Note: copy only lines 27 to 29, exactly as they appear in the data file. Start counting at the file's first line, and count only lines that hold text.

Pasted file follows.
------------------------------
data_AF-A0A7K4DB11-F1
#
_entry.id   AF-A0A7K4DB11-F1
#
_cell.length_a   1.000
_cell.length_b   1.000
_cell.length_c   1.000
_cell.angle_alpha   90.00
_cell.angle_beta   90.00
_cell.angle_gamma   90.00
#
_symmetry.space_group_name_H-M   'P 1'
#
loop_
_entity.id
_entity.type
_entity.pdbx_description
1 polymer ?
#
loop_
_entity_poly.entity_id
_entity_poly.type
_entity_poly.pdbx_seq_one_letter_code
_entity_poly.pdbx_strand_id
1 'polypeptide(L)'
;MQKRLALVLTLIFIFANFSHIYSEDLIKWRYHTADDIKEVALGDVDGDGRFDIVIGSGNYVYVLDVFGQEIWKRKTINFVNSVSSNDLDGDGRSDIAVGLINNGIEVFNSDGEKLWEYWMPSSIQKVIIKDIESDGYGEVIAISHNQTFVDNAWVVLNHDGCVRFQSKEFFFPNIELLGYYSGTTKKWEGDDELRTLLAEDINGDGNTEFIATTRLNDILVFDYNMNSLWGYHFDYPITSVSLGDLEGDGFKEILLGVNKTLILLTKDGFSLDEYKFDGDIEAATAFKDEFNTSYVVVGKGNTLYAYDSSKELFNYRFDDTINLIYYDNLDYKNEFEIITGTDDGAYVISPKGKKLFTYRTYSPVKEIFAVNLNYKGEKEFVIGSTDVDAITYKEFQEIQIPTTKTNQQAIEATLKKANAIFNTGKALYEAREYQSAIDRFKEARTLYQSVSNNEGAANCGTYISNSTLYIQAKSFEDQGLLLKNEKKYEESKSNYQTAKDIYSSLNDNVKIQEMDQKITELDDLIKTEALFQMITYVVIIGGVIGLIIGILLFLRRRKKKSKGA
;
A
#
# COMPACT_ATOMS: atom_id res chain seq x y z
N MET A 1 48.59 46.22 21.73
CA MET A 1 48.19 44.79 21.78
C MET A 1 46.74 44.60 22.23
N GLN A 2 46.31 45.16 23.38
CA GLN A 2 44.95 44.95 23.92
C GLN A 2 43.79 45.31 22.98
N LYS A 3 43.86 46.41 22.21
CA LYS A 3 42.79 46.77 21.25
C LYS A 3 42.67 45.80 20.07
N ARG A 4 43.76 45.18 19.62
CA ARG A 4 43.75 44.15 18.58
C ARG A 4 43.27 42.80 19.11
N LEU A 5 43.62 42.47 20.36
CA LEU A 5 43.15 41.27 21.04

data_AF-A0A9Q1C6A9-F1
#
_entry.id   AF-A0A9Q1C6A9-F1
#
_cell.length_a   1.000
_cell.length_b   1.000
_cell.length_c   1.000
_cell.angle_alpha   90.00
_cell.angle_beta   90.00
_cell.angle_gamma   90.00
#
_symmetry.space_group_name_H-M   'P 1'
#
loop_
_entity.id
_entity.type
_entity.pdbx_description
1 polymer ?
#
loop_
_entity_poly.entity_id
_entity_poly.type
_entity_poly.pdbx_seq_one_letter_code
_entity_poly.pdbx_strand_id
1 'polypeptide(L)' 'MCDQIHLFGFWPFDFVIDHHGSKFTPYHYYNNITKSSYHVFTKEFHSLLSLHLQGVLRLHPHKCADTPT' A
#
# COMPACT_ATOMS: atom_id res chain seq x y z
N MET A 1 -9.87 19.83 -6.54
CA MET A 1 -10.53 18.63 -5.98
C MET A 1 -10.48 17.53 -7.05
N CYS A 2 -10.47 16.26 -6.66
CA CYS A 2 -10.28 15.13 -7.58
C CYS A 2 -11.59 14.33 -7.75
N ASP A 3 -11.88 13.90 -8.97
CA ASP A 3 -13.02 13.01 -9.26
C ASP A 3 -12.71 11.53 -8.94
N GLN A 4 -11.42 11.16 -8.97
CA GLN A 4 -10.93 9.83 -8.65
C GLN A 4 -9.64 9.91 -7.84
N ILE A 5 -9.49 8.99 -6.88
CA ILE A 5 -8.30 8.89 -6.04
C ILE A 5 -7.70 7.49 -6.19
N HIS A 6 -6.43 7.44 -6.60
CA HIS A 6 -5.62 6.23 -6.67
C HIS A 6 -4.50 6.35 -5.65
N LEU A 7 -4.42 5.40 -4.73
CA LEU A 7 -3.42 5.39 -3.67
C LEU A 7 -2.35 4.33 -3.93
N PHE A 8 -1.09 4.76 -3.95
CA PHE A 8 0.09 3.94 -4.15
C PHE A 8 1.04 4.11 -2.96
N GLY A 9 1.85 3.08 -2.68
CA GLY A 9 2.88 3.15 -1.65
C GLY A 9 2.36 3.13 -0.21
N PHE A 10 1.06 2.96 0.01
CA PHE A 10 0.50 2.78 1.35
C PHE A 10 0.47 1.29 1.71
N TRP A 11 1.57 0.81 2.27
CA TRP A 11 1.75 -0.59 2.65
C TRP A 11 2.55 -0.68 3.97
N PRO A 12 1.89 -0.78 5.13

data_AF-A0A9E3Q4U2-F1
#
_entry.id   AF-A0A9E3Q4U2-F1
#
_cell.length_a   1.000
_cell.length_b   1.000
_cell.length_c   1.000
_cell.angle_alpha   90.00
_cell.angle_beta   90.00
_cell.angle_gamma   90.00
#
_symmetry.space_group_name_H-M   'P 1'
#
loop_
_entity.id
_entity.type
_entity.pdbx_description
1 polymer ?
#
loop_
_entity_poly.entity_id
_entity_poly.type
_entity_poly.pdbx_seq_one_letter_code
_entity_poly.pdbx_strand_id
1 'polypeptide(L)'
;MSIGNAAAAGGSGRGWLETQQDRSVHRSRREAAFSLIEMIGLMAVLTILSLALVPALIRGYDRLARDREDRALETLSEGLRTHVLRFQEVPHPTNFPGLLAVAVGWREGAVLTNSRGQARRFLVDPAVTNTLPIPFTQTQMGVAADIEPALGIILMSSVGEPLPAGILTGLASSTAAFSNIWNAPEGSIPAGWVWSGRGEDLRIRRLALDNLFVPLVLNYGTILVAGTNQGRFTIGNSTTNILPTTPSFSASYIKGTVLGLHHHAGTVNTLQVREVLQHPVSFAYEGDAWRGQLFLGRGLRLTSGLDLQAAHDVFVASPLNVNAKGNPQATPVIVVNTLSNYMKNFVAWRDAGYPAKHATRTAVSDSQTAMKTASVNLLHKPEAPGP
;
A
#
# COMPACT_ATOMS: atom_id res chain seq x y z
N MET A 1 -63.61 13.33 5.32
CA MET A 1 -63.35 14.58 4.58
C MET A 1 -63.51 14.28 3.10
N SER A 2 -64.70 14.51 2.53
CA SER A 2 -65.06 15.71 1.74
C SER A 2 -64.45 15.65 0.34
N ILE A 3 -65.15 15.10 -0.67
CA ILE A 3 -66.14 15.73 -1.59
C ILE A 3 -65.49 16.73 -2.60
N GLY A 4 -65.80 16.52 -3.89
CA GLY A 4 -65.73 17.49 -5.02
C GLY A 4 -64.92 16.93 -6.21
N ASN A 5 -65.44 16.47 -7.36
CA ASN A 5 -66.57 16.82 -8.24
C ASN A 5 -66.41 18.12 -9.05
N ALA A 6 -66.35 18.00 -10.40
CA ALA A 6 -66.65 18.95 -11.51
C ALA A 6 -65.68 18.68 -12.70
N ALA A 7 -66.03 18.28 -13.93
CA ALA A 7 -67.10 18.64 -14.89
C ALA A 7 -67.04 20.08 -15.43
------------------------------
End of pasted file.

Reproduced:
;
A
#